Stenbit content with IT progress

In what could be one of his last speeches to an industry group before retiring, the Defense Department's chief information officer said he's happy with the progress of major initiatives that began during his tenure.

CIO John Stenbit has been a champion of transformation and network centricity that lets warfighters access data relevant to their missions without waiting for it to be packaged and presented. Now he says enough momentum and money are behind these efforts to make them a reality.

"Today, I am confident that all five [of my initiatives] will go forward," said Stenbit, whose retirement is expected within several weeks. "I wouldn't have been confident saying that a year ago."

Stenbit's initiatives include the Global Information Grid — Bandwidth Expansion (GIG-BE), Network Centric Enterprise Services (NCES), Joint Tactical Radio System (JTRS), Tactical Communications Satellites (TCS) and High Assurance Internet Protocol Encryption (HAIPE).

Speaking this morning at a breakfast sponsored by the market research firm Input, Stenbit said DOD has been saddled with the misperception that its information budget is nearly $28 billion, when only about $5 billion is spent on what he actually considers to be information technology, such as network systems. That $5 billion is paying the way for Defense transformation.

"Congress wanted to cut $2 billion from the IT budget before anything even happened, because that seemed to be a good place to take it from," he said. "After all, what's $2 billion out of $27 billion? But $2 billion taken from $5 billion is a big deal. We're trying to shape up some definitions [of what is IT] because there has been some confusion."

Input officials forecast that the defense information budget will balloon to $31 billion in fiscal 2005, and up to $37 billion in 2008. Stenbit said Congress had the foresight to return that $2 billion to the IT budget almost entirely intact, and some of what he considers to be the most important projects under his office will continue to see their funding continue throughout their existence.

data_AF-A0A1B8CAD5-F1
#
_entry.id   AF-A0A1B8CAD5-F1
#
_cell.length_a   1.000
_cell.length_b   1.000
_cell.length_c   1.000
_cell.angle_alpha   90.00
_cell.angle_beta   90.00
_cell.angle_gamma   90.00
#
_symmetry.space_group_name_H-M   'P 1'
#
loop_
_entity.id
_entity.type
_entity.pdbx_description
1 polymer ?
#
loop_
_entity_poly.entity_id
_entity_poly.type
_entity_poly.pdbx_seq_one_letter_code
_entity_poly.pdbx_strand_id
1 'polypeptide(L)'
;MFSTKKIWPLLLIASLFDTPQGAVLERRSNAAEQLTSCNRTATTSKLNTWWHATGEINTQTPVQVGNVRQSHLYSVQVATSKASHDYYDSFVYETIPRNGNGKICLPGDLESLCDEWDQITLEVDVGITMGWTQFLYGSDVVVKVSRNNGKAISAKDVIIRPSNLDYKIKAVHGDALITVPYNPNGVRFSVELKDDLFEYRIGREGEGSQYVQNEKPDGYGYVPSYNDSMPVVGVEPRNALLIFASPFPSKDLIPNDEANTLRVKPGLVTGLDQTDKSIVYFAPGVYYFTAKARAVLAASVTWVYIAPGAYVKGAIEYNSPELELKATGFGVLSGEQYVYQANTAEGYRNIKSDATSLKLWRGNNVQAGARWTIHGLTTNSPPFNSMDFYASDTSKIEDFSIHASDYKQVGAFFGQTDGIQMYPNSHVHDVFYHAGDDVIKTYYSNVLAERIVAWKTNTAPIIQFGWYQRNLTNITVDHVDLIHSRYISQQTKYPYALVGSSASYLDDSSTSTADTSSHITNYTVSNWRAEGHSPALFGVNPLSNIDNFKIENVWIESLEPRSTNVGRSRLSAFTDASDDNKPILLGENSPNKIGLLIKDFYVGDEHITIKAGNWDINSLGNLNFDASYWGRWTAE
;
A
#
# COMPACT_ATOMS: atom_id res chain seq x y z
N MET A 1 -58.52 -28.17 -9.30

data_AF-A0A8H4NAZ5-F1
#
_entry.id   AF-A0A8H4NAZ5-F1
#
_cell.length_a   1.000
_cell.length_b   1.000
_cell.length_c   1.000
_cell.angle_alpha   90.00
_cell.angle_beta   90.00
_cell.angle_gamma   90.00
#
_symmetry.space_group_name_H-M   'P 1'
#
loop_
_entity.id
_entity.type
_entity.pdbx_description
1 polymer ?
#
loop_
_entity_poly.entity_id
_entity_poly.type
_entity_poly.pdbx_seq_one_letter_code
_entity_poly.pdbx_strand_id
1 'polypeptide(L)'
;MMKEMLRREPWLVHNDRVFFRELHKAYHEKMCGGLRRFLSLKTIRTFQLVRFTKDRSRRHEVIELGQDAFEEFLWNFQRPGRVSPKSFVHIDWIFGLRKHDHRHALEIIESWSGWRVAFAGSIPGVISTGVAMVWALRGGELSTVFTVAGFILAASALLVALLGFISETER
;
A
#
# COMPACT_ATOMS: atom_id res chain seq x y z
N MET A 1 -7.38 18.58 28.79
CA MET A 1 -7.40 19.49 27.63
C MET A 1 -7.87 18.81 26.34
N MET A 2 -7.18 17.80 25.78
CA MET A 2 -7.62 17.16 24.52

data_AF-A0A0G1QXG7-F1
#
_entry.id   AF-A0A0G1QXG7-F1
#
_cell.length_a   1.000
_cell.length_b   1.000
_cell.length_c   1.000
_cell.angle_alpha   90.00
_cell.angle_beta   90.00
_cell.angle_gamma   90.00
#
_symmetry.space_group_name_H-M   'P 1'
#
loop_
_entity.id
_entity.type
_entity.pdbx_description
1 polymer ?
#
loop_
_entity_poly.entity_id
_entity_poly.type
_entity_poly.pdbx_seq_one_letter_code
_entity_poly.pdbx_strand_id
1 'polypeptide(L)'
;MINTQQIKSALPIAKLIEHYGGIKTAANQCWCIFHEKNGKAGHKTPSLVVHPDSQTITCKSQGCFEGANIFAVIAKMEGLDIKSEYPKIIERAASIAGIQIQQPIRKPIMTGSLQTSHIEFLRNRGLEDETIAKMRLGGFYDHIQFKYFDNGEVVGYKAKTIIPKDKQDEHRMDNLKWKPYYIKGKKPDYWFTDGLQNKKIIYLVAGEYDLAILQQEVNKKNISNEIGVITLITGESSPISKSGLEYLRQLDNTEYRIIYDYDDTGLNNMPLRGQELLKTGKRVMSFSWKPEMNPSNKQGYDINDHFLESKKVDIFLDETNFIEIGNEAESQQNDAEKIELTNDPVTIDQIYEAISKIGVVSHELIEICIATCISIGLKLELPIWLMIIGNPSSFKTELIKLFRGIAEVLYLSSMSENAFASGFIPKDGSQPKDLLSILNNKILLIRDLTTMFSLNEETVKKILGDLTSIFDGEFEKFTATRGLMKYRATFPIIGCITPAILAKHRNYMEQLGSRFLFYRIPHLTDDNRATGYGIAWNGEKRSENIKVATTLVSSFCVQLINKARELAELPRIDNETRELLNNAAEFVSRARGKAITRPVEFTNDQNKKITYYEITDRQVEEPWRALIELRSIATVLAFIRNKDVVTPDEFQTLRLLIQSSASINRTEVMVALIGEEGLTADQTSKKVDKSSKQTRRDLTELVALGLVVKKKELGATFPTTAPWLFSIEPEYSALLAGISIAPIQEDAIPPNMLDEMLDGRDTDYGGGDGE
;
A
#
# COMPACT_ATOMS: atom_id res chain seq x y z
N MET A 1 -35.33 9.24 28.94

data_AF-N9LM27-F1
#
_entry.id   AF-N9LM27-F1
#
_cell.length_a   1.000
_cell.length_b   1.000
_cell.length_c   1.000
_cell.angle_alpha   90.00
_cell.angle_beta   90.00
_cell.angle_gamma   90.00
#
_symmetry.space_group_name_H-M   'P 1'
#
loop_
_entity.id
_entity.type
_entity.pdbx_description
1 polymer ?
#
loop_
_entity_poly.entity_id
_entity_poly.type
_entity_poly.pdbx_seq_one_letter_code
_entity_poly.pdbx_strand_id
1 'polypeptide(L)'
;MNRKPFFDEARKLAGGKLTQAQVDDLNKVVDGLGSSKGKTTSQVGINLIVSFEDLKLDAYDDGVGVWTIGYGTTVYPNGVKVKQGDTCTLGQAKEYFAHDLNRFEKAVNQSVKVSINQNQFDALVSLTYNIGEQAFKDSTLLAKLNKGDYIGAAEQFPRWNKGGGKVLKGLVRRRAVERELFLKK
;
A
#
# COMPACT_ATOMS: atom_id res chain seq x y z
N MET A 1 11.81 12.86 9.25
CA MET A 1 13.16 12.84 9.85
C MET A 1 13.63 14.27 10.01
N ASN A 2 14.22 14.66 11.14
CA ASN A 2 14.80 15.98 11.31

"The GIG-BE is just shy of $1 billion and we asked for an additional $500 million out of the cold blue night and Congress said yes," he said. "The [tactical satellite] still has a way to go. We had $475 million for it last year, Congress took $100 million, so we still have $375 million for that."

Stenbit said the next major initiative will focus on developing a regulatory regime to connect the rest of DOD's IT to the backbone of his five initiatives. That regulatory regime will include implementing Internet Protocol version 6 (IPv6), end-to-end encryption and assigning dynamic access to end users.

"We need to assign dynamic access so that you get access to data, rather than based on who you are, based on what your job is at that moment," he said. "If you're a cook in the Army, you need to know where the potatoes are or where the pans are. But if they then give you a gun and tell you to guard this corner, you need to have access to the intelligence of what is happening in that area. We can't do that today."

Defense Department officials are taking their transformation measures seriously, Stenbit said. In fact, research and development and operations and maintenance funding could be withheld from those IT initiatives "not going with the program," he said.

"Are we going to get away with that?" he asked. "Not really. The [Office of the Secretary of Defense] doesn't have that power. But it's going to be an interesting summer."


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